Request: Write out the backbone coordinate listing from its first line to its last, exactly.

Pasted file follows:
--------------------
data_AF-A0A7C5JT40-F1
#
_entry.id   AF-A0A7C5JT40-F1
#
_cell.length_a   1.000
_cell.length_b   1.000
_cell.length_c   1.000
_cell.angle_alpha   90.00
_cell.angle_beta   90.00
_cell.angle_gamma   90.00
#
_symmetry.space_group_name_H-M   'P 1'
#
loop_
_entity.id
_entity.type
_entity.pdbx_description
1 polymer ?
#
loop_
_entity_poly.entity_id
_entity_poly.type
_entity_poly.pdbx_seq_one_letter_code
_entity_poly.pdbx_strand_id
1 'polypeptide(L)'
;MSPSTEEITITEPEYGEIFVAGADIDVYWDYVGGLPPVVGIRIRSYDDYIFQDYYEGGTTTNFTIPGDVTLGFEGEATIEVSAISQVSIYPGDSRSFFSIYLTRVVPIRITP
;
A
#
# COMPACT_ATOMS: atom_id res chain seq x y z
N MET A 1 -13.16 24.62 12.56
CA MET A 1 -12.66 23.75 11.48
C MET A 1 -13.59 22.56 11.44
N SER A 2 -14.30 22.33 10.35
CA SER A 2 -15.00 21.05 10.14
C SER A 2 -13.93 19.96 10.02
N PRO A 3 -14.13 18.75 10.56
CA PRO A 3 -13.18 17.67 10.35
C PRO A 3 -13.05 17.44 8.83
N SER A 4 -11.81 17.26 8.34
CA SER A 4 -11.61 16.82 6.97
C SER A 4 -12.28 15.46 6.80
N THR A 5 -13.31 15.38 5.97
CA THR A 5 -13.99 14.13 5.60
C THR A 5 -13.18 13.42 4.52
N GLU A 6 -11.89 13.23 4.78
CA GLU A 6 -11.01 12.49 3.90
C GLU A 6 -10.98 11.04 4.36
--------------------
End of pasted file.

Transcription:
data_AF-A0A7C5JT40-F1
#
_entry.id   AF-A0A7C5JT40-F1
#
_cell.length_a   1.000
_cell.length_b   1.000
_cell.length_c   1.000
_cell.angle_alpha   90.00
_cell.angle_beta   90.00
_cell.angle_gamma   90.00
#
_symmetry.space_group_name_H-M   'P 1'
#
loop_
_entity.id
_entity.type
_entity.pdbx_description
1 polymer ?
#
loop_
_entity_poly.entity_id
_entity_poly.type
_entity_poly.pdbx_seq_one_letter_code
_entity_poly.pdbx_strand_id
1 'polypeptide(L)'
;MSPSTEEITITEPEYGEIFVAGADIDVYWDYVGGLPPVVGIRIRSYDDYIFQDYYEGGTTTNFTIPGDVTLGFEGEATIEVSAISQVSIYPGDSRSFFSIYLTRVVPIRITP
;
A
#
# COMPACT_ATOMS: atom_id res chain seq x y z
N MET A 1 -13.16 24.62 12.56
CA MET A 1 -12.66 23.75 11.48
C MET A 1 -13.59 22.56 11.44
N SER A 2 -14.30 22.33 10.35
CA SER A 2 -15.00 21.05 10.14
C SER A 2 -13.93 19.96 10.02
N PRO A 3 -14.13 18.75 10.56
CA PRO A 3 -13.18 17.67 10.35
C PRO A 3 -13.05 17.44 8.83
N SER A 4 -11.81 17.26 8.34
CA SER A 4 -11.61 16.82 6.97
C SER A 4 -12.28 15.46 6.80
N THR A 5 -13.31 15.38 5.97
CA THR A 5 -13.99 14.13 5.60
C THR A 5 -13.18 13.42 4.52
N GLU A 6 -11.89 13.23 4.78
CA GLU A 6 -11.01 12.49 3.90
C GLU A 6 -10.98 11.04 4.36